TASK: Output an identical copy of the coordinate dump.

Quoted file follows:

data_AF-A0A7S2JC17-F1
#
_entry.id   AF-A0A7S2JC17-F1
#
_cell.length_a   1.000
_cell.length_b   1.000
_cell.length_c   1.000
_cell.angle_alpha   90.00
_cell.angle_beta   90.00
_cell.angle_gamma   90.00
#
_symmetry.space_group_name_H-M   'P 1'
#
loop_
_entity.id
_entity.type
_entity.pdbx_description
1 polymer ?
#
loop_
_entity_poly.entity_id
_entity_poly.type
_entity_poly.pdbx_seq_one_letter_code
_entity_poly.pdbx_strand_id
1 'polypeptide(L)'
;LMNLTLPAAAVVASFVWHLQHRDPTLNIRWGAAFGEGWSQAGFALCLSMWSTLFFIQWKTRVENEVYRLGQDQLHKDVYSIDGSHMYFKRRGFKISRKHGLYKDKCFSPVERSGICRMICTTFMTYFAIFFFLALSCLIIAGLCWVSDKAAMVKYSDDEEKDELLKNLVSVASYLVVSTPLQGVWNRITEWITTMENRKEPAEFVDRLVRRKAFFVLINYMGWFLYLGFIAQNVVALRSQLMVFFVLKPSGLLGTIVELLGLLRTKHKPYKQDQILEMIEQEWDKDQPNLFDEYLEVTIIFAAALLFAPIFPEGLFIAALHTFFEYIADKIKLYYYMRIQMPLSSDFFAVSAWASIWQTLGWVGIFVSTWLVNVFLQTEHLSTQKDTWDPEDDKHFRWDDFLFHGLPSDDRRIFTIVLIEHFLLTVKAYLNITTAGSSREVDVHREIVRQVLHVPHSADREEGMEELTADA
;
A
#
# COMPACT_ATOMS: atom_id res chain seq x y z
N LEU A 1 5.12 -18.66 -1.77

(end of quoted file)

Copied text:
data_AF-A0A7S2JC17-F1
#
_entry.id   AF-A0A7S2JC17-F1
#
_cell.length_a   1.000
_cell.length_b   1.000
_cell.length_c   1.000
_cell.angle_alpha   90.00
_cell.angle_beta   90.00
_cell.angle_gamma   90.00
#
_symmetry.space_group_name_H-M   'P 1'
#
loop_
_entity.id
_entity.type
_entity.pdbx_description
1 polymer ?
#
loop_
_entity_poly.entity_id
_entity_poly.type
_entity_poly.pdbx_seq_one_letter_code
_entity_poly.pdbx_strand_id
1 'polypeptide(L)'
;LMNLTLPAAAVVASFVWHLQHRDPTLNIRWGAAFGEGWSQAGFALCLSMWSTLFFIQWKTRVENEVYRLGQDQLHKDVYSIDGSHMYFKRRGFKISRKHGLYKDKCFSPVERSGICRMICTTFMTYFAIFFFLALSCLIIAGLCWVSDKAAMVKYSDDEEKDELLKNLVSVASYLVVSTPLQGVWNRITEWITTMENRKEPAEFVDRLVRRKAFFVLINYMGWFLYLGFIAQNVVALRSQLMVFFVLKPSGLLGTIVELLGLLRTKHKPYKQDQILEMIEQEWDKDQPNLFDEYLEVTIIFAAALLFAPIFPEGLFIAALHTFFEYIADKIKLYYYMRIQMPLSSDFFAVSAWASIWQTLGWVGIFVSTWLVNVFLQTEHLSTQKDTWDPEDDKHFRWDDFLFHGLPSDDRRIFTIVLIEHFLLTVKAYLNITTAGSSREVDVHREIVRQVLHVPHSADREEGMEELTADA
;
A
#
# COMPACT_ATOMS: atom_id res chain seq x y z
N LEU A 1 5.12 -18.66 -1.77